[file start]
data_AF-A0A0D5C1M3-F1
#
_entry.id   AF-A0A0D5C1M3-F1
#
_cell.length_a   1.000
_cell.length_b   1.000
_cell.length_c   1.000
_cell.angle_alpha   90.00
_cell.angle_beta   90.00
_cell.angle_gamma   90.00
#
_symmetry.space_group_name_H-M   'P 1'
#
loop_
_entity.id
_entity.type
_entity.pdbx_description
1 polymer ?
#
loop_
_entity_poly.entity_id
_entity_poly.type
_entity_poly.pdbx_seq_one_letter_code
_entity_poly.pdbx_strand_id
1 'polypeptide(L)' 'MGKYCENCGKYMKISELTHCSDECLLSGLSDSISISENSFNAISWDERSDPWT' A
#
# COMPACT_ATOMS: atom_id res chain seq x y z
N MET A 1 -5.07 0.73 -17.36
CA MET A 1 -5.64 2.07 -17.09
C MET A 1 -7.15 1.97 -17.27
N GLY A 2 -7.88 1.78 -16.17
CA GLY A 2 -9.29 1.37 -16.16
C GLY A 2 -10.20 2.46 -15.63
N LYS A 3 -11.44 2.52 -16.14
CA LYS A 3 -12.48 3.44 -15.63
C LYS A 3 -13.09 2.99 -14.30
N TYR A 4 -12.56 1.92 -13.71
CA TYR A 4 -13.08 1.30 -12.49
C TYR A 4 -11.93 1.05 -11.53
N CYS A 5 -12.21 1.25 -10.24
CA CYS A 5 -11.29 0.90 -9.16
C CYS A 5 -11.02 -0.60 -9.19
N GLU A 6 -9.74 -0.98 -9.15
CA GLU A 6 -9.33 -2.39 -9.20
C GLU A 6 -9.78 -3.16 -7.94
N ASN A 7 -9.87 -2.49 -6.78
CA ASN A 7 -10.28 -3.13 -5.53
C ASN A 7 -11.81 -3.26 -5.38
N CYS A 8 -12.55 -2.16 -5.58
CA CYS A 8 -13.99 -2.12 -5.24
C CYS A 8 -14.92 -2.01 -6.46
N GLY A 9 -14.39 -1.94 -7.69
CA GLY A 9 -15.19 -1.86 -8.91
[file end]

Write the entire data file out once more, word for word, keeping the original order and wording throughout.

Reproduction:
data_AF-A0A0D5C1M3-F1
#
_entry.id   AF-A0A0D5C1M3-F1
#
_cell.length_a   1.000
_cell.length_b   1.000
_cell.length_c   1.000
_cell.angle_alpha   90.00
_cell.angle_beta   90.00
_cell.angle_gamma   90.00
#
_symmetry.space_group_name_H-M   'P 1'
#
loop_
_entity.id
_entity.type
_entity.pdbx_description
1 polymer ?
#
loop_
_entity_poly.entity_id
_entity_poly.type
_entity_poly.pdbx_seq_one_letter_code
_entity_poly.pdbx_strand_id
1 'polypeptide(L)' 'MGKYCENCGKYMKISELTHCSDECLLSGLSDSISISENSFNAISWDERSDPWT' A
#
# COMPACT_ATOMS: atom_id res chain seq x y z
N MET A 1 -5.07 0.73 -17.36
CA MET A 1 -5.64 2.07 -17.09
C MET A 1 -7.15 1.97 -17.27
N GLY A 2 -7.88 1.78 -16.17
CA GLY A 2 -9.29 1.37 -16.16
C GLY A 2 -10.20 2.46 -15.63
N LYS A 3 -11.44 2.52 -16.14
CA LYS A 3 -12.48 3.44 -15.63
C LYS A 3 -13.09 2.99 -14.30
N TYR A 4 -12.56 1.92 -13.71
CA TYR A 4 -13.08 1.30 -12.49
C TYR A 4 -11.93 1.05 -11.53
N CYS A 5 -12.21 1.25 -10.24
CA CYS A 5 -11.29 0.90 -9.16
C CYS A 5 -11.02 -0.60 -9.19
N GLU A 6 -9.74 -0.98 -9.15
CA GLU A 6 -9.33 -2.39 -9.20
C GLU A 6 -9.78 -3.16 -7.94
N ASN A 7 -9.87 -2.49 -6.78
CA ASN A 7 -10.28 -3.13 -5.53
C ASN A 7 -11.81 -3.26 -5.38
N CYS A 8 -12.55 -2.16 -5.58
CA CYS A 8 -13.99 -2.12 -5.24
C CYS A 8 -14.92 -2.01 -6.46
N GLY A 9 -14.39 -1.94 -7.69
CA GLY A 9 -15.19 -1.86 -8.91